Clinicians at San Francisco General developed a simple method for determining the lower inflection point using a pulmonary mechanics monitor. Amada and other clinicians have relied on a cumbersome method using a “super syringe,” explained Mark Siobal, BS, RRT, technical director of respiratory care at San Francisco General.

Adams and his mentor, prominent pulmonary physician John J. Marini, MD, also center much of their research on the ventilator. In Adams’ words, “the goal is to open the lung and keep it open.” The St. Paul group recently conducted a series of pig studies exploring the merits of high frequency ventilation for treatment of ARDS. Adams noted the strategy was compatible with the ARDSnet protocol since high frequency ventilators deliver gentle breaths.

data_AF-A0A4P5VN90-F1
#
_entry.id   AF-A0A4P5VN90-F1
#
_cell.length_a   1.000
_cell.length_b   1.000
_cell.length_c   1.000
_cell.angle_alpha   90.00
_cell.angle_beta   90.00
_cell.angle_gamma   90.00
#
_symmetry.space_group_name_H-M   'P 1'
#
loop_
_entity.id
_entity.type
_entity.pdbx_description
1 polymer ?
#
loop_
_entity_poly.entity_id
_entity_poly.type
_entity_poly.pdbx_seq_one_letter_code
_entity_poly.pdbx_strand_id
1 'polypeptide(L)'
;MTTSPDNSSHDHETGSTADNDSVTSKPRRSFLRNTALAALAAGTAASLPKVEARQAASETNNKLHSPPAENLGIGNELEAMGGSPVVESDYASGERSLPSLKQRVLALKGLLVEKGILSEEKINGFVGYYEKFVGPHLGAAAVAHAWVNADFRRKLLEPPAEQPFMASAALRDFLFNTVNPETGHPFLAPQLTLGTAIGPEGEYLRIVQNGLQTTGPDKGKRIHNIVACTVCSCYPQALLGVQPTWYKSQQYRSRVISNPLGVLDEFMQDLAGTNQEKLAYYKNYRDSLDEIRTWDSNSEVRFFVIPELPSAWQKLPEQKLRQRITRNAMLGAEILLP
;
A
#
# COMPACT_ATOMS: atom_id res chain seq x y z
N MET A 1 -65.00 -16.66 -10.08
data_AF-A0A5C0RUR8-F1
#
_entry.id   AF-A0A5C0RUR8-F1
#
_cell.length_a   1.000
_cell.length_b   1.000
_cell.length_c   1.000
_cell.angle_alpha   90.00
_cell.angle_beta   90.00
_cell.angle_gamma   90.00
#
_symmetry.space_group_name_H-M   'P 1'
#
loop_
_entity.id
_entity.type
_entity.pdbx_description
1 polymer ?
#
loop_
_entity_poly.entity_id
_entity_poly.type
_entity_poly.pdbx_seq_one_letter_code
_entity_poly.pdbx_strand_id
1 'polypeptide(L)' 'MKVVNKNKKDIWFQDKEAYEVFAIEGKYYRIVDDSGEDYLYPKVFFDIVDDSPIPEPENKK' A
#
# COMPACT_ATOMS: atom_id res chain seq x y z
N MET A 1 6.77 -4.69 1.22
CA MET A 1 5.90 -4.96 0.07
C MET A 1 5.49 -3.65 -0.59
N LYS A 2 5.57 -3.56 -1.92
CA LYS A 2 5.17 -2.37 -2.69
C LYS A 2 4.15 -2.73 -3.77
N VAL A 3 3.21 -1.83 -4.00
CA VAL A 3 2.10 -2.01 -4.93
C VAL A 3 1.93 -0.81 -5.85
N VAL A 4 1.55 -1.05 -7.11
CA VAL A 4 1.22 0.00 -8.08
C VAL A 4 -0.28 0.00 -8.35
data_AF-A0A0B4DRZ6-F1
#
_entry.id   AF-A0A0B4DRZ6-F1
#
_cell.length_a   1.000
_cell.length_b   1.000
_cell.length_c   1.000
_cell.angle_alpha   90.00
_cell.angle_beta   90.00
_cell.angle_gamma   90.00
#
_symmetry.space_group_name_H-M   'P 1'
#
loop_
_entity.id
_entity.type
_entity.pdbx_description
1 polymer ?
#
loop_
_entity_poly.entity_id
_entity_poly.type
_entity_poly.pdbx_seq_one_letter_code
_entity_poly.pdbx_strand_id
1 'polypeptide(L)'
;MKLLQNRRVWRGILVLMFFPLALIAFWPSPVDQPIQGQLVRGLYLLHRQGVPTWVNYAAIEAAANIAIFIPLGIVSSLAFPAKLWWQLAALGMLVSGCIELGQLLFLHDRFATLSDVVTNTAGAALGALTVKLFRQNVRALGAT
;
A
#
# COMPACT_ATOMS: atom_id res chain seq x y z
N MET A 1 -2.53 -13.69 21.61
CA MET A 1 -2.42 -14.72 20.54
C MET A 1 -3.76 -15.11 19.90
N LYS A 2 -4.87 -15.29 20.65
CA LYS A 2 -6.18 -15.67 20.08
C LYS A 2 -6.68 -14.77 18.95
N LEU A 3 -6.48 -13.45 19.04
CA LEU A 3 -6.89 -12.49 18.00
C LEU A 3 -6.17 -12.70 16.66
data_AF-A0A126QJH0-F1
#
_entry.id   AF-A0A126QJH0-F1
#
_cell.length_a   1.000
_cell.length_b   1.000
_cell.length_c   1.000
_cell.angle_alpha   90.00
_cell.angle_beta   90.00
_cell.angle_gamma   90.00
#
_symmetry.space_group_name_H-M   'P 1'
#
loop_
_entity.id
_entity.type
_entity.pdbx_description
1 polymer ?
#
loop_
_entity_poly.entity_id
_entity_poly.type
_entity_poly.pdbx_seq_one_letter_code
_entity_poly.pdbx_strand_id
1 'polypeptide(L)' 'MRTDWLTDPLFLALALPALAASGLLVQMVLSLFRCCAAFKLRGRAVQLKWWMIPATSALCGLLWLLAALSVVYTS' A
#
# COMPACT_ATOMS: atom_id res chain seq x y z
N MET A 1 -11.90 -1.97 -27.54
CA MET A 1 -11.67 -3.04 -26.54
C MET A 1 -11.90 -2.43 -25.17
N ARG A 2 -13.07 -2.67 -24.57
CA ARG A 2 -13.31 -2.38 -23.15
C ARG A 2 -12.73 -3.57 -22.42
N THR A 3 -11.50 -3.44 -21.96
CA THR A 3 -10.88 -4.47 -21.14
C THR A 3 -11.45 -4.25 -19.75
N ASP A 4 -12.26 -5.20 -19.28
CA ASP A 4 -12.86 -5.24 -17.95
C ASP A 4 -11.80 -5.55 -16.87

Strategies to protect the lung from ventilator-induced injuries also interest Adams and Marini, and they are considering a series of studies that would help clinicians identify patients who are vulnerable to ventilator-induced injury. Another project under way in the Regions Hospital lab is evaluating the merits of prone positioning in the ICU. Like many standards of practice, prone positioning is a common strategy but is not validated by randomized controlled clinical trials.


Kallet and his colleagues at San Francisco General will have the distinction of presenting 11 papers at the International Symposium sponsored by AARC in Las Vegas in December. He contributed to 10 of the papers. Last year Kallet won the Best Original Paper Award given by the American Respiratory Care Foundation for his report on “Acute Pulmonary Edema following Upper Airway Obstruction.” Kallet and his colleagues learned that post-obstructive pulmonary edema is caused by a hydrostatic mechanism.